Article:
• [0023]
    In one embodiment, a lighting system may also be used in conjunction with other lighting devices or filters to create other desired effects. Moving filters can be used with this system and may be desired when the filters create a desired lighting effect and the speed of the system is not as critical.
  • [0024]
    Another example of the advantages of using a device as described herein is where ultraviolet light is required to image the object or where both ultraviolet and visible or infrared are required. The vision system can be configured to receive the ultraviolet, visible and/or infrared radiation to make these lighting effects useful. The system can then activate the LEDs separately or simultaneously to provide various effects. Many objects reflect or fluoresce under ultraviolet light and thus can be easily identified through ultraviolet irradiation. These effects may be most pronounced when radiation is limited to the ultraviolet and in this case the ultraviolet radiation and identification process could take place before any visible identifications where made. Again, these lighting conditions can be changed almost instantaneously to provide fast system response.
  • [0025]
    Another method of computer vision involves creating three-dimensional shapes through the analysis of images and shadows cast on the image. The shading produced when an object is illuminated can be used effectively to recover its shape, reflection parameters, and also the direction and characteristics of the light source illuminating it. A lighting system according to the principles of the present invention may be used in such computer vision systems. The addition of color control may also aid in the reconstruction of the surface texture and color. By controlling the wavelength of radiation to more precise limits, the reflectance properties can be better approximated leading to a superior rendition of the surface properties.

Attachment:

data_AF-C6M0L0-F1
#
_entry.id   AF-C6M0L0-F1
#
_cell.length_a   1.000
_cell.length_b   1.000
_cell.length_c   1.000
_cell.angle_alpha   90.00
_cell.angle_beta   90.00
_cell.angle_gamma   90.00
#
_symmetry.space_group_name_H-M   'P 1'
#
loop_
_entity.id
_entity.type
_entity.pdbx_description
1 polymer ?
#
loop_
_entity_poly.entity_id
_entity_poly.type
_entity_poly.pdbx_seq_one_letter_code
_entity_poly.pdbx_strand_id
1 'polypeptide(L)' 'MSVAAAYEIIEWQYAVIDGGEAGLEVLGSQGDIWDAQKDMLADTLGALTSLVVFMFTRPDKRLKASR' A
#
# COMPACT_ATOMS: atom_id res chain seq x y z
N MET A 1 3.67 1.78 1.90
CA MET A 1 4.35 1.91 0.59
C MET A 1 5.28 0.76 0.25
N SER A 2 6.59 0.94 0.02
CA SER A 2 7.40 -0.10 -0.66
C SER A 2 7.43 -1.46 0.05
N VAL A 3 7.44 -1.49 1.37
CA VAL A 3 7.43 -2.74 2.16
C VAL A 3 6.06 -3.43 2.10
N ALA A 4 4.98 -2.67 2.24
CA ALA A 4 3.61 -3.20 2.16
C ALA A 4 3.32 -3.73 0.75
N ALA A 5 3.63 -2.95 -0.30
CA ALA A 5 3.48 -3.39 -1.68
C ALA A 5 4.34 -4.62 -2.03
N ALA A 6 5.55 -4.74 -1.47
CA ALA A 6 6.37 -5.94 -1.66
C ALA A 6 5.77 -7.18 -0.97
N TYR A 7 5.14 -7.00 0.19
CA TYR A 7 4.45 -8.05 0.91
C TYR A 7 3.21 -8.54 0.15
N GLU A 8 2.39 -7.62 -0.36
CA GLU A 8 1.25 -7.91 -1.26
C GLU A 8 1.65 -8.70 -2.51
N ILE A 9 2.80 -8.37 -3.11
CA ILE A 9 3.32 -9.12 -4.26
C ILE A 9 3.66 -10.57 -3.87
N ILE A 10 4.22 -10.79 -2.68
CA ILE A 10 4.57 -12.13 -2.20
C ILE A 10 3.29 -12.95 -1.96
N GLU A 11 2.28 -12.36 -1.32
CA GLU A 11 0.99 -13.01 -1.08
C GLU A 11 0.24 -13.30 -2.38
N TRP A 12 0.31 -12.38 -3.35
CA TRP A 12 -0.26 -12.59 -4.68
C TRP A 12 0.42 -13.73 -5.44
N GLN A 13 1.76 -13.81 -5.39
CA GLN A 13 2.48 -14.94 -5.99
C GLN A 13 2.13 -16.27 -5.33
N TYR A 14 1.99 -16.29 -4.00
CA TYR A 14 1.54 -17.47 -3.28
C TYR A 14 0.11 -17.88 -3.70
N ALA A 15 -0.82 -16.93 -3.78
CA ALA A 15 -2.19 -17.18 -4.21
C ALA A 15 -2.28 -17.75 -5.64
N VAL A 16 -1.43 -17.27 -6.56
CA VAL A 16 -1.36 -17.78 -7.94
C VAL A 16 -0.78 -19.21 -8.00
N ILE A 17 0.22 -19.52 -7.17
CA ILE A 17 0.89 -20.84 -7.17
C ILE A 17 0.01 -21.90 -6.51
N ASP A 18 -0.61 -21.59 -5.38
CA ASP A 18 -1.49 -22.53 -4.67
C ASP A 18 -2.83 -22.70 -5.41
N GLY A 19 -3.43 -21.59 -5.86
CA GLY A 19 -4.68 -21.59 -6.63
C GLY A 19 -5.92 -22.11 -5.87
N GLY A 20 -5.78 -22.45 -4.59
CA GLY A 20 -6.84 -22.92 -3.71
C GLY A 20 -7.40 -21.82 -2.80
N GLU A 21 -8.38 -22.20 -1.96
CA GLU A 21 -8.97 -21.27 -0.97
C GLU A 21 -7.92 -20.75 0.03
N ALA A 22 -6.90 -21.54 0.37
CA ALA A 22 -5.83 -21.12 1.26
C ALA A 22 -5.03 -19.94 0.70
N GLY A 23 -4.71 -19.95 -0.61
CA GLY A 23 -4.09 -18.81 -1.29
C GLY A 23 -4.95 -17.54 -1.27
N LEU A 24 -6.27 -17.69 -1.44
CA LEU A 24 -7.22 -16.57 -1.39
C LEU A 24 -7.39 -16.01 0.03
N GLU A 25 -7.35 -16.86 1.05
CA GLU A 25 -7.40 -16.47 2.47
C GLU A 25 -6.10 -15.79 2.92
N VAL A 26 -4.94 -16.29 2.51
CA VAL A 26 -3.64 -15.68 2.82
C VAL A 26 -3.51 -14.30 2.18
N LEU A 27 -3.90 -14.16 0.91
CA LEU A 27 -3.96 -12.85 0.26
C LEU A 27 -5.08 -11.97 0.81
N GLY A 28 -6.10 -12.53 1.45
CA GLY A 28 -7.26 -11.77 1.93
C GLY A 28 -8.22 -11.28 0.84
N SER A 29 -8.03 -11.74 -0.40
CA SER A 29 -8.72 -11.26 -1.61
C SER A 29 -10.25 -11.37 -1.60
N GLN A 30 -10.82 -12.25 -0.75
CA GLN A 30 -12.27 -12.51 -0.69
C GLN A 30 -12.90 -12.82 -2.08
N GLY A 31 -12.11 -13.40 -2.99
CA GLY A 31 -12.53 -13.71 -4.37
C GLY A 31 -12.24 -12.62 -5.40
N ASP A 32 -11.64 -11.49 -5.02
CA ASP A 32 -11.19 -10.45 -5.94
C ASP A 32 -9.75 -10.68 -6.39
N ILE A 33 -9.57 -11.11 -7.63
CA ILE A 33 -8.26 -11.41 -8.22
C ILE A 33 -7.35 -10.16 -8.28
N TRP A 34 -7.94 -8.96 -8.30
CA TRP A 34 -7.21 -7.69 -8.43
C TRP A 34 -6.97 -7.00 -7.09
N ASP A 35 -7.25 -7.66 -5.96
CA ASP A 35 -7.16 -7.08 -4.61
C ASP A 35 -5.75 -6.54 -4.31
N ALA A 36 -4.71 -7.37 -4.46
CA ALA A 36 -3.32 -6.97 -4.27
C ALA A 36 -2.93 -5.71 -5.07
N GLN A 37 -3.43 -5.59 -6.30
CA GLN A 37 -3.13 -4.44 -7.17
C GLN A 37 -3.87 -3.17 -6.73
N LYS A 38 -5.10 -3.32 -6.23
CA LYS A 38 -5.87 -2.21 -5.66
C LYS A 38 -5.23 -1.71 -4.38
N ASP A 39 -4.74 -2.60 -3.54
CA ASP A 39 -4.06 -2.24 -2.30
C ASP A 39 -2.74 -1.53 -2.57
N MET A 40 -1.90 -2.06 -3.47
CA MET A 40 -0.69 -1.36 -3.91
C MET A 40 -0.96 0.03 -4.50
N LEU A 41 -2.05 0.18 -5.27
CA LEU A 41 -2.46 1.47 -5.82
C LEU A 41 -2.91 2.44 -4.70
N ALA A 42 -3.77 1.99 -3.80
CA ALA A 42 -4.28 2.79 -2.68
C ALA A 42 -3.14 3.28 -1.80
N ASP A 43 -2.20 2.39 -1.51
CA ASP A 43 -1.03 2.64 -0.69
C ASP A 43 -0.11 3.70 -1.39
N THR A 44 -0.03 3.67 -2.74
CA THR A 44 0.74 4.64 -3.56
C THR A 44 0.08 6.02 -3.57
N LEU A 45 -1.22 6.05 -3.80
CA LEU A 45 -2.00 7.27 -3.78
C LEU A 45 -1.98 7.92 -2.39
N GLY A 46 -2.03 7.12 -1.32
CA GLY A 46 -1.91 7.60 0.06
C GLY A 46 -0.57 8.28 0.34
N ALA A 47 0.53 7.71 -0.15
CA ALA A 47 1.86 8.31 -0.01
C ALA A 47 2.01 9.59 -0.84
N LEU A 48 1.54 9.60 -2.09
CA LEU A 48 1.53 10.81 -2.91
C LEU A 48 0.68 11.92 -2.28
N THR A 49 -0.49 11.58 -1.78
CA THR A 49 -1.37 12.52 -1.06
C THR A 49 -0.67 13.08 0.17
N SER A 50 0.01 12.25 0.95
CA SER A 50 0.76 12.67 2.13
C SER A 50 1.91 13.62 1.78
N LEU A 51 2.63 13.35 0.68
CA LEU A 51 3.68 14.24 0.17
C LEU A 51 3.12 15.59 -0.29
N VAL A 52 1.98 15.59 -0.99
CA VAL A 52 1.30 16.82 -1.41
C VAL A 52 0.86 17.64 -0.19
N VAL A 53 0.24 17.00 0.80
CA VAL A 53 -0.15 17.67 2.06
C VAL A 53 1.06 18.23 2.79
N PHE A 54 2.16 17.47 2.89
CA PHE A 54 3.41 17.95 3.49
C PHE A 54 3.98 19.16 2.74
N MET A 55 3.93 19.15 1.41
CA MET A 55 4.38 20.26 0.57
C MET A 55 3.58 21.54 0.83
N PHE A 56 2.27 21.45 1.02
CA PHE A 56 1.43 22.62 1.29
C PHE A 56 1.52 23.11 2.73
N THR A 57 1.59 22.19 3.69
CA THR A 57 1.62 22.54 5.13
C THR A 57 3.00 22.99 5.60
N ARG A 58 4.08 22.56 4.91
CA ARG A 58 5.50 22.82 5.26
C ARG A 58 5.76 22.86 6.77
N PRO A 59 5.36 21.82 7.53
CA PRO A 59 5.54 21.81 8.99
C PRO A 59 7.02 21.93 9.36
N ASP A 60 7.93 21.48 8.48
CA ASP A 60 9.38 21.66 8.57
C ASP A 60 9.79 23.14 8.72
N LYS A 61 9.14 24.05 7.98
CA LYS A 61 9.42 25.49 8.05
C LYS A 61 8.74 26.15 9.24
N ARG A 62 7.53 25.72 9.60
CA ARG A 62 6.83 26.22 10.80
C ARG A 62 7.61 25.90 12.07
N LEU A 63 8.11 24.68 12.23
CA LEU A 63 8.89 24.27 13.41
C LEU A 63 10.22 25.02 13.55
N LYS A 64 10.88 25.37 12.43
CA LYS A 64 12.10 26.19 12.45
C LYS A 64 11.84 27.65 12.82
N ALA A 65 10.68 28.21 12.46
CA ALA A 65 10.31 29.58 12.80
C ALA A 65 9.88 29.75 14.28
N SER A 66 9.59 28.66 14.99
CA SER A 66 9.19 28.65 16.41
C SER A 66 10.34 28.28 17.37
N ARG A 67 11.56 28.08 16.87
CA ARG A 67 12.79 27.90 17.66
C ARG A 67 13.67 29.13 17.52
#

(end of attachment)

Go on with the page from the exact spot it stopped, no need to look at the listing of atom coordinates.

• [0026]
    [0026]FIG. 1 illustrates a machine vision system 100 according to one embodiment of the present invention. In this embodiment, the machine vision system is constructed of several elements such as a lighting system 114, a vision system (e.g., camera) 108, and an assembly apparatus 110. These elements may be considered peripherals to the central machine vision system 102. The machine vision system may include a processor 104 that controls and/or receives data from the peripherals 108, 114, and 110. The vision system 108 may be arranged to view an object 112. The object 112 may be any object, surface, or material and may be the subject of inspection or manufacture by or through the machine vision system. In another embodiment, the machine vision system 102 may not include assembly apparatus 110, because the primary objective of the system 102 may be inspection rather than assembly.